Remarks of Assistant Secretary of Labor Dave D. Lauriski
Mine Safety and Health Administration
2004 Metal and Nonmetal National Mine Rescue Contest
July 15, 2004
Thanks, Bob, for that kind introduction.
Good evening, everyone.
First off, I'd like to thank MSHA's Metal/Non-Metal Planning Committee who put this competition together. They put in countless hours of work to organize this great show and get all of you here, housed, fed and competing. Let's give them a hearty round of applause and thanks right now.
And I think we should recognize Eddie Lopez for his vision and for his passion in making this event such a success.
I'd like to extend a warm welcome to all of you here tonight. There are 29 mine rescue teams representing mining companies in 11 states - what a great turnout! And welcome to our own Metal/Non-Metal MSHA team. I am pleased to see that so many teams have come not only to participate in this competition but to share ideas and experiences that could be called upon if needed. The spirit of teamwork and collaboration not only extends to your own team members, but to other teams as well. And you know it is teamwork that results in success. Thank you for your commitment, your dedication, for your compassionate spirits. And thank you to each of your companies' management, who recognize the value these competitions provide. Through this recognition, they too show this same commitment, dedication and compassion.
I understand that representatives of the Coast Guard's National Strike Force - Pacific Strike Force Team were also present over the past three days to observe your skills. I know they found plenty of fellowship and camaraderie here - and picked up some great techniques for their own rescue work. I hope that they left some of their ideas and experiences as well.
The folks from our Mine Safety and Health Academy did a great job in capturing the highlights of the week on video, didn't they? Thanks for all your creativity and enthusiasm in recording the action - I know the participants appreciate your record of this week's events.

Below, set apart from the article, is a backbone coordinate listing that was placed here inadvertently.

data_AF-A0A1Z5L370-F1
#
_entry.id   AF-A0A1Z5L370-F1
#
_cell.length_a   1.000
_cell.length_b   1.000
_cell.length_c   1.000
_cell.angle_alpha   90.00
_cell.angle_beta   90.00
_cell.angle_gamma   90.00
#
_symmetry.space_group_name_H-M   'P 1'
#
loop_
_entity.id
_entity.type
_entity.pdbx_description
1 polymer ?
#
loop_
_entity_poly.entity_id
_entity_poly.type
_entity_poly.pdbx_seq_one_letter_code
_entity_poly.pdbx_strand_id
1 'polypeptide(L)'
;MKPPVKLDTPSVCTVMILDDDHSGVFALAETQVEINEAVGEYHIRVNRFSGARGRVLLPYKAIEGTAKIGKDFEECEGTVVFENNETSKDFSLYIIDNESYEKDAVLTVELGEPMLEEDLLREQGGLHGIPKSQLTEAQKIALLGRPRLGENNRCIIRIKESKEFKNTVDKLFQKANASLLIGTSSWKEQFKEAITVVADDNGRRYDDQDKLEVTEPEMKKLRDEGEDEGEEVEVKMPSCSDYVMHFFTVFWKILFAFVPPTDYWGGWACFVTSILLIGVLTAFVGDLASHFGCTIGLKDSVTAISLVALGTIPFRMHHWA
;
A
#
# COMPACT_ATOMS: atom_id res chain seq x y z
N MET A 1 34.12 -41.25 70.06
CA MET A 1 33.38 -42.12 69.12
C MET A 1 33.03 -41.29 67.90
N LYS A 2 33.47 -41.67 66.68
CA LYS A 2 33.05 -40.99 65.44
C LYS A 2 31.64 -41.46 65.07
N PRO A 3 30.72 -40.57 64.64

I want to recognize two teams who went to Glogow, Poland to compete in the 4th International Mine Rescue Contest on June 3rd and 4th. The team from Cargill Salt: Barry Carlson, Lonny Badeaux, Steve Allenson, Lynn Bayard, Dave Bickel, Greg Borders, Dave Bird, Marty Hickey, Dale Munch and Clayton Tellerin. You folks can be very proud of your record there - fifth in field competition and third place in overall. Great job!
And our very own MSHA team: Gary Hebel, Mike Dunlap, Charles Dame, Ron Costlow, Tom Todd, Link Selfe, Tim Watkins, Jan Lyall, and Virgil Brown. They placed third in field competition and second place in the GB-174 bench competition. Well done! We are all very proud to be associated with you! You showed the world mining community why we are proud to be Americans. Thank you!
Finally, and most importantly, I would like to give a special welcome to the co-workers, friends and families of the participating teams. Whether you realize it or not, you are as integral to the success of these teams as the members themselves. Without your care and support, these team members would find their jobs much more difficult. And special gratitude is due the spouses of the team members. I would have to say that one spouse is owed a great deal of gratitude: Penny Lewis. She is just a remarkable lady to put up with her mine rescue team spouse.